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A bipartisan solution to health care is really necessary

Just when one thinks that the health care mess can’t get more complicated, it does.

The failure of the U.S. Senate to come up with a health care bill that can get the support of at least 50 of the Senate’s Republican majority of 52 leaves the subject up in the air.

It means that the basic provisions of the Affordable Care Act will remain in place. However, the Senate could repeal some of the financial requirements of the bill that would make things worse. Without the income for subsidies for lower income people that the ACA gets from taxes on the wealthy and required fees from the healthy who choose not to buy insurance, the source of income for the subsidies themselves could go away. That would create a mess with millions unable to purchase insurance. Those who could would find greater premium increases.

That would leave insurance companies with a difficult decision, pull out of more markets or increase rates further, which would also cause them to have fewer people able to afford policies.

Republicans have campaigned against the ACA, which they called Obamacare, but have found that it is almost impossible to come up with a replacement that is either better or less expensive, and that is what was promised by President Donald Trump and leaders in Congress.

Complicating the problem is that not all Republicans can agree on what the proper solution is. Some on the conservative side in both the House and Senate would prefer the government stay out of health care altogether.
Some others see that the expansion of Medicaid has been beneficial to their states. Some think that now that we have the ACA, the government no longer can get out of health care, such as by a total repeal. With no consensus within the majority party in Congress it should be no surprise there is no solution upon which they can agree.

Maybe this sets the stage for the best plan yet, something that can be agreed to by a majority of representatives and senators that involves both Republicans and Democrats.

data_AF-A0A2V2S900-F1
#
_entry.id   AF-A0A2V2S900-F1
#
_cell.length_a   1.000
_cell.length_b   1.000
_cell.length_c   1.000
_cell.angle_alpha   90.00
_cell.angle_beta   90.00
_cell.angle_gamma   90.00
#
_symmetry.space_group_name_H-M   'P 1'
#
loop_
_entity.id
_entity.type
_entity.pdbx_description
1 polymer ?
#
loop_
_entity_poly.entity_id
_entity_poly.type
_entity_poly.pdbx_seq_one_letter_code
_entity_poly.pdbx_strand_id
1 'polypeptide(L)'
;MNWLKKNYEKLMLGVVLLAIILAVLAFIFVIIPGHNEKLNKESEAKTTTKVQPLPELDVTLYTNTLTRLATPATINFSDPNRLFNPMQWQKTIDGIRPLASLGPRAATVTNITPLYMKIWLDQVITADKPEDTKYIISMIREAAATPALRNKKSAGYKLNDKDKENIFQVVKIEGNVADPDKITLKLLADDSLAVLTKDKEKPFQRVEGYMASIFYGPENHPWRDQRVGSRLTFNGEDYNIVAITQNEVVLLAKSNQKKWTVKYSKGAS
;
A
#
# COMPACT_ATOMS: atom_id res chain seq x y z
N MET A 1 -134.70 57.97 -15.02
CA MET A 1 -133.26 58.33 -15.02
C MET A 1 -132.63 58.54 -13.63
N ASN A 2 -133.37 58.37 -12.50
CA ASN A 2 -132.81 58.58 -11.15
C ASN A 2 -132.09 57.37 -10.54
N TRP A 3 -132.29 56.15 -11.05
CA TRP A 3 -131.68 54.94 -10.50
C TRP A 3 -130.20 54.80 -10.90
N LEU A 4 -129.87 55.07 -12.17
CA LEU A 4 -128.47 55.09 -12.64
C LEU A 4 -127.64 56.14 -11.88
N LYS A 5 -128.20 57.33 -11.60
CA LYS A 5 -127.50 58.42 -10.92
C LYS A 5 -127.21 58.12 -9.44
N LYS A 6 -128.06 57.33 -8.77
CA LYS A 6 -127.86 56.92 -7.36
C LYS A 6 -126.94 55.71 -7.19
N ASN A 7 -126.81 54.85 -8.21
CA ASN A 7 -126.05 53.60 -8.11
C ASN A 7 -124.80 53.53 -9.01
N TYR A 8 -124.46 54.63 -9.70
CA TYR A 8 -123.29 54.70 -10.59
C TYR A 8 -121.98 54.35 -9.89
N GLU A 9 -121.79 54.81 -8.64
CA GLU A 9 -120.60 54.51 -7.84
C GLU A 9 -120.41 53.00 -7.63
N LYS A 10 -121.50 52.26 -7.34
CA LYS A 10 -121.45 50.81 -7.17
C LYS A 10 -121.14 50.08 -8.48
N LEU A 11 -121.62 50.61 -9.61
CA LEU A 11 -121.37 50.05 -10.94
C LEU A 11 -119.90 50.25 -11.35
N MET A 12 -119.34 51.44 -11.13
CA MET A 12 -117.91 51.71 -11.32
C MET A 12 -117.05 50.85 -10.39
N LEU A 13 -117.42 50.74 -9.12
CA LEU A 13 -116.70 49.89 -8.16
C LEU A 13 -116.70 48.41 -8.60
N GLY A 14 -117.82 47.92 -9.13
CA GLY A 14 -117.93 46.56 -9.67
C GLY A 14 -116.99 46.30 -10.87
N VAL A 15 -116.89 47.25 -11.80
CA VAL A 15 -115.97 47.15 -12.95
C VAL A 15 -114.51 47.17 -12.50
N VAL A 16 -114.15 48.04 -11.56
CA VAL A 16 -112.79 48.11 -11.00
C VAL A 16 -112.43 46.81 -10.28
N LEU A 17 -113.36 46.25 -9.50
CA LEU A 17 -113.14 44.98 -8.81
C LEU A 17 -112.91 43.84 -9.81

The biggest political problem the ACA faced, and faces, was that it was passed solely with Democratic votes.
Republicans didn’t want to have anything to do with it. That made the ACA vulnerable to political games ever since. Part of the reason for the large individual market premium increases starting in 2016 was that ACA supporters could not get the reinsurance package that protected insurers from losses extended beyond 2015. Faced with losses, insurance companies either raised rates or pulled out of markets. That is what is causing the “death spiral.”

A second problem is that providing guaranteed coverage for people with pre-existing conditions is very expensive. Sick people signed up, and not enough healthy people did in spite of the “mandate.” An answer to that problem has not been developed.

A new health care bill, or a revised ACA that solves some of its problems, that had support from both political parties would be more stable. Members of both sides of the aisle would be more willing to make the fixes that just about every bill needs now and then. Something that is more stable politically would make it better for insurers, health care providers and the public.

There is a group of members of Congress, both Republicans and Democrats, working on the health care issue. They haven’t received much attention because the House and Senate leadership has been heading in other directions.

Maybe now their work will start to be seen as a way to solve the leadership’s problem and give them a solution that will lead them to a “fix” for the health care issue.

Health care is expensive and getting more so. And costs will increase until we take a serious look at how we can slow cost increases. That, too, will be painful. We need a long-term solution, and there can be no serious long-term solution without considering how we can reduce the rate of increase of health care costs. A bipartisan solution is really necessary.

 
The Starbuck Times
The Starbuck Times